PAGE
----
Throughout the story Kanon shows the characters to be unlikely spies. There are some scenes that might suspend belief as Alex suddenly develops into a master manipulator and is able to handle violence with self-confidence.  He is an amazingly fast learner in the art of spy craft, but without this the thriller would be lacking in suspense.

Kanon sets the tone for the readers in the very first pages as he explains in an author’s note about the setting and the various organizations that played a key role in the story.  Readers learn through the main female character, Irene, about the double-dealing that is done to survive by working with the different secret organizations.  Another character to survive is her brother-in-law, an unapologetic Nazi doctor who worked for the Third Reich’s euthanasia program.

The author noted to, “We must remember that the population in Berlin was dependent on the rations for their survival.  There are no jobs or food except what is given out by the occupying forces. How someone answered a questionnaire is one of the ways to determine the amount of rations they received. Irene lied partly for self-preservation, partly because she was devious, and a part for survival. She is damaged by the war, wounded.”

Leaving Berlin is about betrayal, murder, and survival.  It is filled with intrigue that reminds readers of a period and place where loyalties were conflicted and political maneuvering was prevalent.  This is a must read for its complex, riveting, and intricate plot.

Book Review - "And the Good News Is..." by Dana Perino

The following book review is a special for BlackFive readers provided by Elise Cooper.  You can read all of our book reviews by clicking on the Books category on the right side bar.

[On a side note, several military bloggers (myself included) met Dana Perino on her first day on the job as Press Secretary for President George W. Bush.  It was also Tony Snow's last day on the job.  I was able to say thank you to him, and, class act that he was, he pointed at Dana Perino and said, "she'll be here for you now."]

9781455584901_p0_v5_s260x420And the Good News Is by Dana Perino is an inspiring book.  It combines a self-portrait of her early years, her journey culminating in becoming the first female Republican press secretary, and her ability to give very practical advice.  No matter what a person’s political affiliation they can draw from this book refreshing stories of loyalty, humility, friendship, and family.

An insightful chapter in the book is her feelings about civility.  She is straightforward in her insistence that America has lost something by disagreeing without respecting one another.  She stated, “there are ways that we can deploy some gentler words to our debates that can make us more productive. There’s no sense in working against each other if we have the same goals in mind, hashing out differences doesn’t have to be a blood sport.  We make a choice when we open our mouths.  Are we going to be gracious or not?”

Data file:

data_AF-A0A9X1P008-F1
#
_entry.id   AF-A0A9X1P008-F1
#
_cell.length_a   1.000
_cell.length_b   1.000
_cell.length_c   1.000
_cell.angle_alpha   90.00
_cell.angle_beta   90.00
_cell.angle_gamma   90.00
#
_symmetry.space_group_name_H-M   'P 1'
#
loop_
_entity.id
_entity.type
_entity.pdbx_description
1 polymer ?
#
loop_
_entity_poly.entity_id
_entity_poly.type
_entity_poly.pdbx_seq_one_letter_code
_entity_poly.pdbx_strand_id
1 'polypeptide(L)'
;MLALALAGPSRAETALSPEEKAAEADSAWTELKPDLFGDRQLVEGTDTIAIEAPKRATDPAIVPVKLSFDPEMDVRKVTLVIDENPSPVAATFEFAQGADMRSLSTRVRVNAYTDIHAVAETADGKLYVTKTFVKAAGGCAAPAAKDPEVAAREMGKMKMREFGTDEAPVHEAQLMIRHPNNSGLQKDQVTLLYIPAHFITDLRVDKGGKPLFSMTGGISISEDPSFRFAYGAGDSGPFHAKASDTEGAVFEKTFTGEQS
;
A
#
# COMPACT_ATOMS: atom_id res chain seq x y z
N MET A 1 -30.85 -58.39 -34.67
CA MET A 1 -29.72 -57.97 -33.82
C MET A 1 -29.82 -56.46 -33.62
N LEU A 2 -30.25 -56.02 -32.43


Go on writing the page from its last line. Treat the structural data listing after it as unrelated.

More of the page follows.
Perino portrays President Bush as being gracious, which she sees as effective and persuasive.  Having never sought the limelight or criticized President Obama he understands that his comments could be very damaging. She noted to, “One time I asked President George W. Bush why is that we always have to turn the other cheek and they don’t.  He responded, ‘well its our burden to bear.’” On the other hand, she compares that to Senator Harry Reid who is “a destructive force in Washington D.C. Look at the incivility that is prevalent all over Washington and you will find it leading directly to Harry Reid’s doorstep.”

Perino writes in the book that she had to follow her own advice while dealing with the press’ constant criticism of the President.  While forcing herself to be outwardly civil as press secretary, she secretly released her emotions by sometimes flipping them the bird under the podium, while holding a glass of water and keeping a pleasant look.  She noted, “it was my secret way of firing back when the briefing questioning got heated.”

Readers are reminded how G. W. Bush was very supportive of the military.  As President he would send a personal note to all families who lost a loved one while serving their country. There is a heart-wrenching scene where a mother whose son was on life support severely criticized President Bush.  She writes, “He didn't leave. He stood there, almost as if he needed to absorb it and to understand it. Commanders in chief make really tough decisions, and we went on to the next rooms, and I remember those being experiences where the families were very happy to see him. But when we got on Marine One to fly back to the White House, the president was looking out the window, and then he looked at me and he said, "That mama sure was mad at me." And then he looked out the window and he said, "And I don't blame her a bit." And a tear rolled down his cheek, but he didn't wipe it away, and then we flew back to the White House.”

Perino discussed with the unbelievable attitude of those who have criticized the movie American Sniper.  As someone who was able to personally interact with Navy SEALs she finds it humbling to be around them and respects them for “their courage and bravery.  They’re remarkably unselfish, honorable, strong, and courageous. One of the themes of my book is optimism.  I am very optimistic because all this criticism has backfired on those protesting the movie because Americans are not persuaded by the left’s call to not support it.  The market obviously showed the condemnation is not working.”